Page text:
Svetlana Kortchik was born in a small Siberian town of Tomsk and, when she was 16, moved to Australia with her mum. She has lived in London for the last five years, working as a computer programmer. Her passions are writing, travelling, history and martial arts.
Three Months of Summer
by Svetlana Kortchik
Katya walked as fast as she could through the nearly empty streets of occupied Kharkiv, trying to keep up with her brother Anton. Gentle afternoon sun played on the walls of war damaged buildings, illuminating gaunt faces of the town’s inhabitants. At least it’s warm again, Katya thought with relief, shuddering at the memory of last winter when so many people died from cold and hunger. The old and the young, strangers and people she knew. For Katya, war meant living in fear for everyone she loved. More and more each day, it meant thinking about nothing but food. And most of all, it meant losing hope.
Right now, however, all she could think about was catching up to her brother and convincing him to go home. The streets of Kharkiv weren’t safe anymore, especially so late in the afternoon.
‘Anton, wait. We can’t go there. It’s the German part of town.’ At eighteen, Katya was very protective of her fifteen-year-old brother and tried to look out for him as much as she could.
‘Trust me. It’s fine. I’ve been here before.’
‘That doesn’t mean it’s safe,’ muttered Katya, but, ignoring her, Anton sped up again, and she had no choice but to follow him. Her sparkly green sandals, the only pair of high-heeled shoes she owned, left angry red marks on her skin, and her feet were killing her. She wished she could take them off and walk barefoot on the dusty pavement.
Turning around the corner, they came across a German regiment. Soldiers were having dinner, and the delicious smell of meatballs and sausages, cooked with tomatoes and basil, made Katya’s mouth water. One of the officers was playing a guitar, which sounded gloomy and melancholy, muffled by loud laughter of the rest of the soldiers. A few Soviet children were huddled in the corner, as if waiting for something.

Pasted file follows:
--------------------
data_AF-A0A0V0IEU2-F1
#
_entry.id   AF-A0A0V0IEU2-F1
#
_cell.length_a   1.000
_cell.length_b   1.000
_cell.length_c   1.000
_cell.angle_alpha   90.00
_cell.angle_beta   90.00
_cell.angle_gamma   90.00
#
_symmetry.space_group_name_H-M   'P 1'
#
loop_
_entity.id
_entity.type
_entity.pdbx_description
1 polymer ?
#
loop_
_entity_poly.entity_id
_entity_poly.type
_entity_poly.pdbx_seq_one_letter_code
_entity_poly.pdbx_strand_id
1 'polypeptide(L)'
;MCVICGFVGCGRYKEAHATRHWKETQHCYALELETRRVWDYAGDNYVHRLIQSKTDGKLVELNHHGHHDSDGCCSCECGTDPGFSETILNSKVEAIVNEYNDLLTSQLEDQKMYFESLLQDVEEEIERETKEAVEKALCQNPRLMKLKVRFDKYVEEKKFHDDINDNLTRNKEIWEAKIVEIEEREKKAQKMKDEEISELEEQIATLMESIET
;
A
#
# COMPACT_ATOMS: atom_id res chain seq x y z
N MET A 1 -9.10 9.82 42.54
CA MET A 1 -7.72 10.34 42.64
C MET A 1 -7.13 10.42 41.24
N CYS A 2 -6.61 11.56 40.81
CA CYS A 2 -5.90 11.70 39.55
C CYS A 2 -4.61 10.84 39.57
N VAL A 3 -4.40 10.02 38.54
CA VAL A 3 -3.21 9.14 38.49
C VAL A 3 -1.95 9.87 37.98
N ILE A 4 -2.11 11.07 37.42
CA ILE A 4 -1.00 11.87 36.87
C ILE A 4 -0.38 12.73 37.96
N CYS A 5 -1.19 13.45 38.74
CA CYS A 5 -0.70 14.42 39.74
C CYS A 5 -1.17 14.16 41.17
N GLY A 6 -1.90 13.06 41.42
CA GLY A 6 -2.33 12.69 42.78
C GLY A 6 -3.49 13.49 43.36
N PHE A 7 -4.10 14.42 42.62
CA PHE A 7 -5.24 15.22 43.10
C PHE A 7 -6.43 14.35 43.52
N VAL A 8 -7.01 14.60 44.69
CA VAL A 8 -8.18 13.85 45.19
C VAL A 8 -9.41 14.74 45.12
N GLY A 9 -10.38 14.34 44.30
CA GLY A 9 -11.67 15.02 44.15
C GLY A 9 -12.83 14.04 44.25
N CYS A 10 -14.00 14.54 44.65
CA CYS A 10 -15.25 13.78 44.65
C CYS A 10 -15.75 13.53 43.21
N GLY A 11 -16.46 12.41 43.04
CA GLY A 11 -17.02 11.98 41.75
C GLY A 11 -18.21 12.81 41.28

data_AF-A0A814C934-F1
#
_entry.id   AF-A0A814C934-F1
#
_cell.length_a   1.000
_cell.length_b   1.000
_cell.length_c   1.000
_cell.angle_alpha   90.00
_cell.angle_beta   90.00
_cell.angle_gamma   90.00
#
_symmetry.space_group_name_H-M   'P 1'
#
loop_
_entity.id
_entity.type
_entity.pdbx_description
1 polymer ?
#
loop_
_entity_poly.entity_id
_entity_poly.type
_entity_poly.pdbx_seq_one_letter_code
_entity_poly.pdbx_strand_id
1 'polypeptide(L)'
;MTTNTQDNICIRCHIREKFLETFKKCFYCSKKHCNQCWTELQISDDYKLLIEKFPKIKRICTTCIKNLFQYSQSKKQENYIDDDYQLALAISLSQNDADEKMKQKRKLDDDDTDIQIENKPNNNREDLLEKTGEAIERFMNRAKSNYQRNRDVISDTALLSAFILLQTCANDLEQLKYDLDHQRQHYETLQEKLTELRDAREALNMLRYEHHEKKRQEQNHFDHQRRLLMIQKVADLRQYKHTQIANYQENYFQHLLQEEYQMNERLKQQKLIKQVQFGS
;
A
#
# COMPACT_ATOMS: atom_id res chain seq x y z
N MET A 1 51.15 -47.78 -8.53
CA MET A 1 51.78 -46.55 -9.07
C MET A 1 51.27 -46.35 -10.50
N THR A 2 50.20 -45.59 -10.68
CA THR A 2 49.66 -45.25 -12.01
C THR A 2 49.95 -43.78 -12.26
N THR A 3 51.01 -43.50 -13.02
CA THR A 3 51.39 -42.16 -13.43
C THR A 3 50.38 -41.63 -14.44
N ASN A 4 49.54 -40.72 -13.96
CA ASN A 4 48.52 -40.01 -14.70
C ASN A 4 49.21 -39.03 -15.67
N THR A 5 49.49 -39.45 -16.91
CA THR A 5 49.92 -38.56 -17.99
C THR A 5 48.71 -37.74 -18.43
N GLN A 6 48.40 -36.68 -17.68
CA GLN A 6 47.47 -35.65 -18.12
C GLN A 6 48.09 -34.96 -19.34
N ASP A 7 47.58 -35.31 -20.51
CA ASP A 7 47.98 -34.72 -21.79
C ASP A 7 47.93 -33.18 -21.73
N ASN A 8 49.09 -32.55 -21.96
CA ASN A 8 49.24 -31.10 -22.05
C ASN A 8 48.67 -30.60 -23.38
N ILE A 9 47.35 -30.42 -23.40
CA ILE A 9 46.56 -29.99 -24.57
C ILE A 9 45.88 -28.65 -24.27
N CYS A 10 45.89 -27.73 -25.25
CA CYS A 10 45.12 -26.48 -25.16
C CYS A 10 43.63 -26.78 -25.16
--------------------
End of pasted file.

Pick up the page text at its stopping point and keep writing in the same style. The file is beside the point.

Finishing his song, the soldier put his guitar down, walked briskly to the kitchen and then came out again, balancing plates in one hand and a giant soup pot in another. Seeing the soldier pour the soup for Soviet kids, Katya blinked in disbelief, as if doubting her eyes. His kindness contradicted everything she knew about German soldiers, and yet there it was, right in front of her in the evening dusk.
Suddenly, Anton jumped up and began to sing, his voice trembling slightly, whether from nerves or excitement, Katya couldn’t tell: ‘O Tannenbaum, o Tannenbaum, wie grün sind deine Blätter!’
‘Anton, you are singing in German!’ Katya was horrified.
‘So what? They love it. Aren’t you hungry?’ Shaking her head at her brother’s audacity, Katya had to admit that yes, of course she was hungry. Come to think of it, she struggled to remember the last time she was full. It seemed like a lifetime ago.
Anton was right. The young German soldier heard him and changed direction, walking straight towards them. His eyes seemed to be drinking her in, admiring her long blond hair and slim legs exposed by a short yellow dress. A bright summer dress to lift her spirits in the bleakness of German occupation. Feeling his eyes on her, Katya was pleased that she wore the dress.
The officer poured two platefuls of soup and handed them to Anton and Katya. Taking her plate, she studied him. He was tall, very tall, taller than any man she’d ever met before. His black hair, dark eyes and broad shoulders made Katya’s heart beat faster, and she went bright red, lowering her gaze.
The soldier turned to Anton. ‘I love this song. Where did you learn it?’ To Katya’s surprise, he spoke almost perfect Russian, his words only faintly marked by a slight accent.
‘At school,’ Anton was staring at him with undisguised curiosity. ‘Where did you learn Russian?’
‘My grandparents are Russian. From Moscow.’ He smiled at Anton, who tucked into his food, trying to eat as fast as he could and already asking for more.
‘Moscow? Cool! We have a cousin there,’ Anton muttered through a mouthful of bread.
The soldier put the plates down and sat on the ground next to them. ‘My name is Hans.’ He stretched out his hand and Katya shook it, her own hand barely half the size of his.
‘I’m Anton and this is Katya. Don’t mind her, she’s too shy to talk to strangers.’
Pinching Anton, Katya protested: ‘I’m not too shy!’ That was a lie—she was shy. But she wasn’t about to admit it in front of Hans. If only she could stop blushing. ‘It’s nice of you to feed the kids,’ she said quietly.
‘It’s the least I can do.’ His shoulders tensed as he gazed at starving children and at starving Katya. ‘I have six little brothers and sisters back home.’
‘Do you miss home?’